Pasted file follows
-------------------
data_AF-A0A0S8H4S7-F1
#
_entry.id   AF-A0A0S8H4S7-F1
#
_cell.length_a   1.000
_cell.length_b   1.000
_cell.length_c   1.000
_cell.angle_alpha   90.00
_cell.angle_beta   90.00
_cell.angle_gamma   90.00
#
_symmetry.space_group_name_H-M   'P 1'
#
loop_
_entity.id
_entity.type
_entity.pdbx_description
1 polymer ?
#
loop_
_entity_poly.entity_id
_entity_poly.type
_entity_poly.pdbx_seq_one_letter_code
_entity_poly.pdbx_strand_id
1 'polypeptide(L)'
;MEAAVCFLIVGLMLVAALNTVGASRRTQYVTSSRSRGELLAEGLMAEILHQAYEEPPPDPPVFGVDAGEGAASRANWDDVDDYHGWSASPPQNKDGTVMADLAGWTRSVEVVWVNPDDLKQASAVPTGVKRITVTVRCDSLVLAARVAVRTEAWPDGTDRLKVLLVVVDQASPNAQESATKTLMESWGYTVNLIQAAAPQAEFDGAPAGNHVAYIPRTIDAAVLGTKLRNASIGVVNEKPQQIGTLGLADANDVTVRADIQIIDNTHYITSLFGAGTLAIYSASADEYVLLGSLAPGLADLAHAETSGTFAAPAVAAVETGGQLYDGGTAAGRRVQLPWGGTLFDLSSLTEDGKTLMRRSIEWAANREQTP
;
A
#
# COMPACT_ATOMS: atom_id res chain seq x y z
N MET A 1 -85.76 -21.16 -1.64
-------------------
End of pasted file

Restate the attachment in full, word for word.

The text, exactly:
data_AF-A0A0S8H4S7-F1
#
_entry.id   AF-A0A0S8H4S7-F1
#
_cell.length_a   1.000
_cell.length_b   1.000
_cell.length_c   1.000
_cell.angle_alpha   90.00
_cell.angle_beta   90.00
_cell.angle_gamma   90.00
#
_symmetry.space_group_name_H-M   'P 1'
#
loop_
_entity.id
_entity.type
_entity.pdbx_description
1 polymer ?
#
loop_
_entity_poly.entity_id
_entity_poly.type
_entity_poly.pdbx_seq_one_letter_code
_entity_poly.pdbx_strand_id
1 'polypeptide(L)'
;MEAAVCFLIVGLMLVAALNTVGASRRTQYVTSSRSRGELLAEGLMAEILHQAYEEPPPDPPVFGVDAGEGAASRANWDDVDDYHGWSASPPQNKDGTVMADLAGWTRSVEVVWVNPDDLKQASAVPTGVKRITVTVRCDSLVLAARVAVRTEAWPDGTDRLKVLLVVVDQASPNAQESATKTLMESWGYTVNLIQAAAPQAEFDGAPAGNHVAYIPRTIDAAVLGTKLRNASIGVVNEKPQQIGTLGLADANDVTVRADIQIIDNTHYITSLFGAGTLAIYSASADEYVLLGSLAPGLADLAHAETSGTFAAPAVAAVETGGQLYDGGTAAGRRVQLPWGGTLFDLSSLTEDGKTLMRRSIEWAANREQTP
;
A
#
# COMPACT_ATOMS: atom_id res chain seq x y z
N MET A 1 -85.76 -21.16 -1.64